An awards bellwether
The Mill Valley Film Festival got off to a splashy, star-heavy start this year, holding West Coast premieres of Arrival and La La Land that were attended by their respective stars Amy Adams and Emma Stone. Both films hold serious awards ambitions, and the festival, now in its 39th year, has become a significant bellwether for the Academy Awards. The most recent Best Picture winner Spotlight, for example, kicked off last year’s festival, and three of the four acting Oscar winners also came from films that played the festival.
And so the stars were beckoned once again to this small town 20 minutes north of the Golden Gate Bridge. Besides Adams and Stone, the list of actors and directors who attended the festival to hawk their respective awards contenders included Annette Bening (20th Century Women), Ewan McGregor (American Pastoral), Joel Edgerton (Loving), Barry Jenkins (Moonlight), Kelly Reichardt (Certain Women), Nicole Kidman (Lion) and Aaron Eckhart (Bleed for This).
Beyond its predilection for spotlighting eventual major awards winners, the Mill Valley Film Festival also features a wide array of foreign films, including many of this year’s Best Foreign Language Film Oscar submissions (the Academy allows each country to submit one film a year). Among my favorites screened during the festival: the Italian submission Fire at Sea, a strikingly beautiful neorealist documentary from director Gianfranco Rosi that contrasts the devastating African immigrant crisis on the island of Lampedusa with the relatively sleepy day-to-day lives of the residents.
Asghar Farhadi’s Iranian submission, The Salesman, is even better. This is another brutally ephemeral moral tale from the director of A Separation and The Past. Farhadi constructs each moment with warm empathy and cold precision, culminating in a long, emotionally devastating final sequence where every word and gesture is so tightly wound around a sense of world-crumbling dread that I could barely breathe. It was the best film I saw during the festival.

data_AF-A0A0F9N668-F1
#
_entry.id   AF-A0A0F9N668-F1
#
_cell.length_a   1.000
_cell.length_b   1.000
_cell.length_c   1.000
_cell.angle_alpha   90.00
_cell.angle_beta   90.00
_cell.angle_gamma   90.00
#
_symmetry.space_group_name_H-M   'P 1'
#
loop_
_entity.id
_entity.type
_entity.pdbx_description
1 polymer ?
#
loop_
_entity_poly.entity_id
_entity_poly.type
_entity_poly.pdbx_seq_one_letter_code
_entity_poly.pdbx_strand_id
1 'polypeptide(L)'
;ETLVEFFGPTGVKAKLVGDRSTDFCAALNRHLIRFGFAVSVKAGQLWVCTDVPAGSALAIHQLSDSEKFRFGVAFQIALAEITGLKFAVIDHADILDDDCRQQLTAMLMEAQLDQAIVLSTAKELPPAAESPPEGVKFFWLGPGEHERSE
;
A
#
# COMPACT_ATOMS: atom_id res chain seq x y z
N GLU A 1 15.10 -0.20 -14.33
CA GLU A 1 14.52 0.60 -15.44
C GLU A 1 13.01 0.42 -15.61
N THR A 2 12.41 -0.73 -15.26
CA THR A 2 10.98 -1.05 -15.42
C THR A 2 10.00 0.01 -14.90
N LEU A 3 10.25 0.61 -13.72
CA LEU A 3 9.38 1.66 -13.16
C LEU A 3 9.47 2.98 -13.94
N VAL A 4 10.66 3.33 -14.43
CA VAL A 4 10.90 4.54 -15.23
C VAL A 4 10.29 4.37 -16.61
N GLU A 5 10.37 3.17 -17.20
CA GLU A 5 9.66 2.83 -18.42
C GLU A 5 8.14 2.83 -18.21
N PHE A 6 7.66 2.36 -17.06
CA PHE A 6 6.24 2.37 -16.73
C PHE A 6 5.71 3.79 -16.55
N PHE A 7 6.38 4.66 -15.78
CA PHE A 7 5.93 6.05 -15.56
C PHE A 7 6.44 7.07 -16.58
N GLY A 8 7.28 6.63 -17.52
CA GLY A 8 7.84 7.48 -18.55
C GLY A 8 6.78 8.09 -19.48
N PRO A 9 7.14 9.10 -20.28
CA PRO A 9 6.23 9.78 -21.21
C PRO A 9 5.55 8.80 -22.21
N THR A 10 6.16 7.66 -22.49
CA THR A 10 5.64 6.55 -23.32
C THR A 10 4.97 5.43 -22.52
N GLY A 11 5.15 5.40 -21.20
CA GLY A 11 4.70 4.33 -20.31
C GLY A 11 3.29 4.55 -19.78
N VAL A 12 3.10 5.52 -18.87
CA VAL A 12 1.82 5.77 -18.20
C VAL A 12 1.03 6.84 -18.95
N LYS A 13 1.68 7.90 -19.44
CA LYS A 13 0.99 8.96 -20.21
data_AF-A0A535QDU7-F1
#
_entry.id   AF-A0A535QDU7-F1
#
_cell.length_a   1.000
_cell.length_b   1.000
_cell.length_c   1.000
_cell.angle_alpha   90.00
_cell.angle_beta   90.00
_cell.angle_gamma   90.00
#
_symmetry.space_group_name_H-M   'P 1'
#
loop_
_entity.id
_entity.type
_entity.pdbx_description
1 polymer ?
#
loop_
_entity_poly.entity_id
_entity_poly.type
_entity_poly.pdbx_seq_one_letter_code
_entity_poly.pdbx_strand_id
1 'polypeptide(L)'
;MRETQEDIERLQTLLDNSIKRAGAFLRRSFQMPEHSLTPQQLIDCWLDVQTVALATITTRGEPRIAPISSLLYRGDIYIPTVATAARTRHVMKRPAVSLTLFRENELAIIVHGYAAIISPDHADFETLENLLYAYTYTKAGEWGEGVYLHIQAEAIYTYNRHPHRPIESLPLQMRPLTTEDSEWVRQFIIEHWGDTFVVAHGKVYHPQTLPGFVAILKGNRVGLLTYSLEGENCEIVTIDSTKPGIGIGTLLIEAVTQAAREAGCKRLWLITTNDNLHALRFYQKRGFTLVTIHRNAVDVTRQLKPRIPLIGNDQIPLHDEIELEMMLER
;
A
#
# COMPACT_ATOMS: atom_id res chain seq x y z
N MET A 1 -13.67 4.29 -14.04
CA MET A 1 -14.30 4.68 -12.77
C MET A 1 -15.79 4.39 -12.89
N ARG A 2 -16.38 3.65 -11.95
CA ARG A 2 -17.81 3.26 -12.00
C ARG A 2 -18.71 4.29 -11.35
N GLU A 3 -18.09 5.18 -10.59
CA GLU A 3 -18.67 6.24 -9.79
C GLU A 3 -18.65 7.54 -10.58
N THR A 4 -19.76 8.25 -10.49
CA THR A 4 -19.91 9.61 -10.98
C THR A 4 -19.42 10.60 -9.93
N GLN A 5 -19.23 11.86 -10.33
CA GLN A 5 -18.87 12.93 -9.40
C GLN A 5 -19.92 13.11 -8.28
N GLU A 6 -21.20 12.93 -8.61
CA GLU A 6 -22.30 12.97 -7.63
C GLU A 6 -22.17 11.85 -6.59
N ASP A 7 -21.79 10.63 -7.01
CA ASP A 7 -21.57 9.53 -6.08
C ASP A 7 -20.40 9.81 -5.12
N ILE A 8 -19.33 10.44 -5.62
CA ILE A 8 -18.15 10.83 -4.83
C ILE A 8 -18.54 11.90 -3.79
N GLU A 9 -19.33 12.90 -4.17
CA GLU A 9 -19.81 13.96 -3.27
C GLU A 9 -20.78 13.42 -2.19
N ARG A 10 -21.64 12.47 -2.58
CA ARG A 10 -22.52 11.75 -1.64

Hard-working director Pablo Larraín, who showed The Club at last year’s festival, traveled to the Bay Area to debut two new movies this year—the Chilean Oscar submission Neruda, an ambitious but baffling story about the great poet and politician’s escape from his own government; and Jackie, an English-language biopic about Jackie Kennedy set in the immediate aftermath of the 1963 assassination; the latter film is generating Oscar buzz for star Natalie Portman.
I screened 24 films over the course of the festival, largely avoiding awards bait and other films scheduled for a 2016 local release, concentrating instead on the under-the-radar independents, documentaries and foreign fare. Some of my favorites included Brazilian director Kleber Mendonça Filho’s Aquarius, a dark horse awards contender for Sonia Braga’s magnetic performance; Craig Atkinson’s Do Not Resist, a disturbing documentary about police militarization; the gorgeously animated Studio Ghibli co-production The Red Turtle; South Korean director Je-yong Lee’s alternately rambunctious and bleak The Bacchus Lady; and Terence Davies’ austere Emily Dickinson biopic A Quiet Passion, featuring a possessed lead performance from Cynthia Nixon.